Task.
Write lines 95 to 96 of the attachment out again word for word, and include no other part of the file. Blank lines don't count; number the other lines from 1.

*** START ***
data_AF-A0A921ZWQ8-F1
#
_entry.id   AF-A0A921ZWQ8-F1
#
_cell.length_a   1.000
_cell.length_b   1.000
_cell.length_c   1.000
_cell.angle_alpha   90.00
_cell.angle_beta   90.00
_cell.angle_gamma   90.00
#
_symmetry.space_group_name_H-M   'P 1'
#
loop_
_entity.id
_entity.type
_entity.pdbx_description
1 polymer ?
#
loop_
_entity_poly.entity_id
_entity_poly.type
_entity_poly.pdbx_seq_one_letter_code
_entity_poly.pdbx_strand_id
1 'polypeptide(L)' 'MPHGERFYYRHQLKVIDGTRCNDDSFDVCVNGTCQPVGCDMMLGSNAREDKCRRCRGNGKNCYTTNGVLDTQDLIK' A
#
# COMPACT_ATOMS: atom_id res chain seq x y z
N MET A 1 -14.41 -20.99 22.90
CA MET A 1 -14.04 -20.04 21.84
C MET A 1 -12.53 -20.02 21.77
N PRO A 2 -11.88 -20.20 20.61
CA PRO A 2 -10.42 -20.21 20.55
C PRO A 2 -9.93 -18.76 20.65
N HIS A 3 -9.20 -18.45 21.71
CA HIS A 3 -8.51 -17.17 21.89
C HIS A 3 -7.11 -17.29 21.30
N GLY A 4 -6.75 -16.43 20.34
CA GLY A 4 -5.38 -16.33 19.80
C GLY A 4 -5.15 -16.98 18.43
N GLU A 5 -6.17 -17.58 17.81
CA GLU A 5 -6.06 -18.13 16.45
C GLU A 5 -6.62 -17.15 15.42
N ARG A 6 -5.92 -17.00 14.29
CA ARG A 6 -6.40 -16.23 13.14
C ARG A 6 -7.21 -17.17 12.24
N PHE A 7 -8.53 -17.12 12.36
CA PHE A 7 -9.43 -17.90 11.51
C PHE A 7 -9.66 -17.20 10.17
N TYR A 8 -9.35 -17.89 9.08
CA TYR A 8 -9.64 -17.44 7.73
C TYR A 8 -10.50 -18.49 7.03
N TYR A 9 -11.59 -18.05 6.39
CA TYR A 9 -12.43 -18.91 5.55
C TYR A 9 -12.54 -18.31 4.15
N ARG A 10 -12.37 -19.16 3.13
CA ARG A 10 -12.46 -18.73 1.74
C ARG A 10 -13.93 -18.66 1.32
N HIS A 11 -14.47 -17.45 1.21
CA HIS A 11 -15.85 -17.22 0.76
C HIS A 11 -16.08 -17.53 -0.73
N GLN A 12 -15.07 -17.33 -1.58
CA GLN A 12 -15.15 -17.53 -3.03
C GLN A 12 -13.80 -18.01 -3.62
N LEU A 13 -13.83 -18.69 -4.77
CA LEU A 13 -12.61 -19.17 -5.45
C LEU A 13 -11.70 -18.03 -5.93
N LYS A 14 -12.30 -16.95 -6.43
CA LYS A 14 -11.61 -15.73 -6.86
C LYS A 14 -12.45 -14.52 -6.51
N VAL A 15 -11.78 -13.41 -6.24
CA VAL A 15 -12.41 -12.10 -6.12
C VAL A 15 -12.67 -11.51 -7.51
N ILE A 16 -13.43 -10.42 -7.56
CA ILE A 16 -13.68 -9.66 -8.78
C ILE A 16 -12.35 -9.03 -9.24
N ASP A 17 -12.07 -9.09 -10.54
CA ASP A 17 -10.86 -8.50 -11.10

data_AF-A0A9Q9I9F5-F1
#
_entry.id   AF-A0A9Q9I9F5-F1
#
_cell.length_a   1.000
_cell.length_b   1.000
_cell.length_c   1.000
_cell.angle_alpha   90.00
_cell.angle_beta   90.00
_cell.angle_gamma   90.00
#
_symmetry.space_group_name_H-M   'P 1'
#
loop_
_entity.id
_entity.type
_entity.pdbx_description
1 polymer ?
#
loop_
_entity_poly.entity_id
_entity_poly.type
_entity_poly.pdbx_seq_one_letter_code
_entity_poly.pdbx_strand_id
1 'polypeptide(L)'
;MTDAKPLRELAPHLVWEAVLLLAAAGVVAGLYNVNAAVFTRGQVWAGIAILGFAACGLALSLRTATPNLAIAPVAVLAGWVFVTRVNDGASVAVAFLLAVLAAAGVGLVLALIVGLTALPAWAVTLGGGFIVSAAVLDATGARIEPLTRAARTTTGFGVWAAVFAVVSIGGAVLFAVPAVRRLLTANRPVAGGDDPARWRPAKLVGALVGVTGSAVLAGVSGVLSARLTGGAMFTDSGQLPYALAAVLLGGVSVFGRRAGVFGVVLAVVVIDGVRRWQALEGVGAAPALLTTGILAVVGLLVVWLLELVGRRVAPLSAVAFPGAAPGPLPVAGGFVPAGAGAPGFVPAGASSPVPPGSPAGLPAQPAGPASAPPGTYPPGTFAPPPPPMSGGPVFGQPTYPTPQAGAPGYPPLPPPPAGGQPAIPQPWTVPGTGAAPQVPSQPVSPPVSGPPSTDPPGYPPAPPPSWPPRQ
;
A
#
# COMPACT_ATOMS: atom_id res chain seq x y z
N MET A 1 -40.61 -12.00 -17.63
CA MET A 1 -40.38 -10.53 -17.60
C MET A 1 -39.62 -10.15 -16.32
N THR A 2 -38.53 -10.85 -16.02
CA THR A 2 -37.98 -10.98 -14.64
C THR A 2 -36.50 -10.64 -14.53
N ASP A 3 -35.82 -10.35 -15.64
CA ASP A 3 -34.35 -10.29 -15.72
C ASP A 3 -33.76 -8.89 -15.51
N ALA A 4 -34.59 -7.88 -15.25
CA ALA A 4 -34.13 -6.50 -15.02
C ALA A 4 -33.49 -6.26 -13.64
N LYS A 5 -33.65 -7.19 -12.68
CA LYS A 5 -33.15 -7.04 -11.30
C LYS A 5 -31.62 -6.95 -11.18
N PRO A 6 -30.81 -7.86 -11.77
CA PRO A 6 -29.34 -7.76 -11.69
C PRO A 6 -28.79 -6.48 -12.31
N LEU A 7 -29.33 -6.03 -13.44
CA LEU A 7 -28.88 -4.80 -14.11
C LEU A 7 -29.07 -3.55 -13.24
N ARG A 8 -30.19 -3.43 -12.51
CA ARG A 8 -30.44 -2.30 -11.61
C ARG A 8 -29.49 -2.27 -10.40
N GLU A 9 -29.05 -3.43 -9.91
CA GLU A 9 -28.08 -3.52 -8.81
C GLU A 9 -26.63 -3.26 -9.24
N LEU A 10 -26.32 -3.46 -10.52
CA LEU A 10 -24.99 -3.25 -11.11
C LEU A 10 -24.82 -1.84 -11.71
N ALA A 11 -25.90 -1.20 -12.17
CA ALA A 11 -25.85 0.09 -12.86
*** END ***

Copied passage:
1 polymer ?
#